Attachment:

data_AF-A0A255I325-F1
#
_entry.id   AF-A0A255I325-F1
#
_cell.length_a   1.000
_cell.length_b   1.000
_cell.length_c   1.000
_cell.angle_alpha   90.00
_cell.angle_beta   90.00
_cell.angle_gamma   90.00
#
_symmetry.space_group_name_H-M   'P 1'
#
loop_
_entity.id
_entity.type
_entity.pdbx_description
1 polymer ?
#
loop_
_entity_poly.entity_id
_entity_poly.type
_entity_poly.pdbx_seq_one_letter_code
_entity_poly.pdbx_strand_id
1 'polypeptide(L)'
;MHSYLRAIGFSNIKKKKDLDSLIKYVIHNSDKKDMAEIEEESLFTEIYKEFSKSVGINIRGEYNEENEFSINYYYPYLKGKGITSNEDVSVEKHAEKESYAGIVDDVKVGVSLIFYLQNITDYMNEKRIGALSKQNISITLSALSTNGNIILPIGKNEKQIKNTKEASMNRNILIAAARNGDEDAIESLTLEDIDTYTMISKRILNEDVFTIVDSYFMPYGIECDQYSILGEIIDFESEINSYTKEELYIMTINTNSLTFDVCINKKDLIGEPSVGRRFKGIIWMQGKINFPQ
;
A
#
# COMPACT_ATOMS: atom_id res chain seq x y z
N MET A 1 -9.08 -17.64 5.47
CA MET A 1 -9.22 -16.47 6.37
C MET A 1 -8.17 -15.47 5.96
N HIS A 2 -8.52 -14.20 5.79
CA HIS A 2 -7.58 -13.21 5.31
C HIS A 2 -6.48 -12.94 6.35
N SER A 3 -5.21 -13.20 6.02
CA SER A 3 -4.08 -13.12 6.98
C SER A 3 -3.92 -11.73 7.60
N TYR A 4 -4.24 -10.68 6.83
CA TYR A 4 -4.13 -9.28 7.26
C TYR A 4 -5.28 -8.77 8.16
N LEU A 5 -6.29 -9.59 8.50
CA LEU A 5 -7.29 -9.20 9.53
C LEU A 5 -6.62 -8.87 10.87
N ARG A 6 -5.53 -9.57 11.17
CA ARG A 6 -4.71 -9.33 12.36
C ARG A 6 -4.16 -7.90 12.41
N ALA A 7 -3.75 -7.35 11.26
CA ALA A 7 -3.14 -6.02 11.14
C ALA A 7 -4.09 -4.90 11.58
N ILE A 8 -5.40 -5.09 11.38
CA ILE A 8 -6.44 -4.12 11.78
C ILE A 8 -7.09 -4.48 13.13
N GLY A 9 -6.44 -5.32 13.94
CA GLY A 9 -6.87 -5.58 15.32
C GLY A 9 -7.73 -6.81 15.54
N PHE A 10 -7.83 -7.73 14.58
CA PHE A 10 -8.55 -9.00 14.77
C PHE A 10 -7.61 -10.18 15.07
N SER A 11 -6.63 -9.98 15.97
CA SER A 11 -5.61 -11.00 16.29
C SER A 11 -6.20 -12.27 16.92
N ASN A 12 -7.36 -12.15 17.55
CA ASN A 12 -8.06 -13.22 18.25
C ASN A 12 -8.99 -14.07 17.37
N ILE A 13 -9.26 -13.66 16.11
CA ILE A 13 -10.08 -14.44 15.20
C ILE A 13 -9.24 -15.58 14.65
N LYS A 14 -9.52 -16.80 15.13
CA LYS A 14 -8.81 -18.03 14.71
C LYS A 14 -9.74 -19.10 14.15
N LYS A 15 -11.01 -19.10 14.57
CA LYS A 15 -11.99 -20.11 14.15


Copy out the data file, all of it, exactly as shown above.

data_AF-A0A255I325-F1
#
_entry.id   AF-A0A255I325-F1
#
_cell.length_a   1.000
_cell.length_b   1.000
_cell.length_c   1.000
_cell.angle_alpha   90.00
_cell.angle_beta   90.00
_cell.angle_gamma   90.00
#
_symmetry.space_group_name_H-M   'P 1'
#
loop_
_entity.id
_entity.type
_entity.pdbx_description
1 polymer ?
#
loop_
_entity_poly.entity_id
_entity_poly.type
_entity_poly.pdbx_seq_one_letter_code
_entity_poly.pdbx_strand_id
1 'polypeptide(L)'
;MHSYLRAIGFSNIKKKKDLDSLIKYVIHNSDKKDMAEIEEESLFTEIYKEFSKSVGINIRGEYNEENEFSINYYYPYLKGKGITSNEDVSVEKHAEKESYAGIVDDVKVGVSLIFYLQNITDYMNEKRIGALSKQNISITLSALSTNGNIILPIGKNEKQIKNTKEASMNRNILIAAARNGDEDAIESLTLEDIDTYTMISKRILNEDVFTIVDSYFMPYGIECDQYSILGEIIDFESEINSYTKEELYIMTINTNSLTFDVCINKKDLIGEPSVGRRFKGIIWMQGKINFPQ
;
A
#
# COMPACT_ATOMS: atom_id res chain seq x y z
N MET A 1 -9.08 -17.64 5.47
CA MET A 1 -9.22 -16.47 6.37
C MET A 1 -8.17 -15.47 5.96
N HIS A 2 -8.52 -14.20 5.79
CA HIS A 2 -7.58 -13.21 5.31
C HIS A 2 -6.48 -12.94 6.35
N SER A 3 -5.21 -13.20 6.02
CA SER A 3 -4.08 -13.12 6.98
C SER A 3 -3.92 -11.73 7.60
N TYR A 4 -4.24 -10.68 6.83
CA TYR A 4 -4.13 -9.28 7.26
C TYR A 4 -5.28 -8.77 8.16
N LEU A 5 -6.29 -9.59 8.50
CA LEU A 5 -7.29 -9.20 9.53
C LEU A 5 -6.62 -8.87 10.87
N ARG A 6 -5.53 -9.57 11.17
CA ARG A 6 -4.71 -9.33 12.36
C ARG A 6 -4.16 -7.90 12.41
N ALA A 7 -3.75 -7.35 11.26
CA ALA A 7 -3.14 -6.02 11.14
C ALA A 7 -4.09 -4.90 11.58
N ILE A 8 -5.40 -5.09 11.38
CA ILE A 8 -6.44 -4.12 11.78
C ILE A 8 -7.09 -4.48 13.13
N GLY A 9 -6.44 -5.32 13.94
CA GLY A 9 -6.87 -5.58 15.32
C GLY A 9 -7.73 -6.81 15.54
N PHE A 10 -7.83 -7.73 14.58
CA PHE A 10 -8.55 -9.00 14.77
C PHE A 10 -7.61 -10.18 15.07
N SER A 11 -6.63 -9.98 15.97
CA SER A 11 -5.61 -11.00 16.29
C SER A 11 -6.20 -12.27 16.92
N ASN A 12 -7.36 -12.15 17.55
CA ASN A 12 -8.06 -13.22 18.25
C ASN A 12 -8.99 -14.07 17.37
N ILE A 13 -9.26 -13.66 16.11
CA ILE A 13 -10.08 -14.44 15.20
C ILE A 13 -9.24 -15.58 14.65
N LYS A 14 -9.52 -16.80 15.13
CA LYS A 14 -8.81 -18.03 14.71
C LYS A 14 -9.74 -19.10 14.15
N LYS A 15 -11.01 -19.10 14.57
CA LYS A 15 -11.99 -20.11 14.15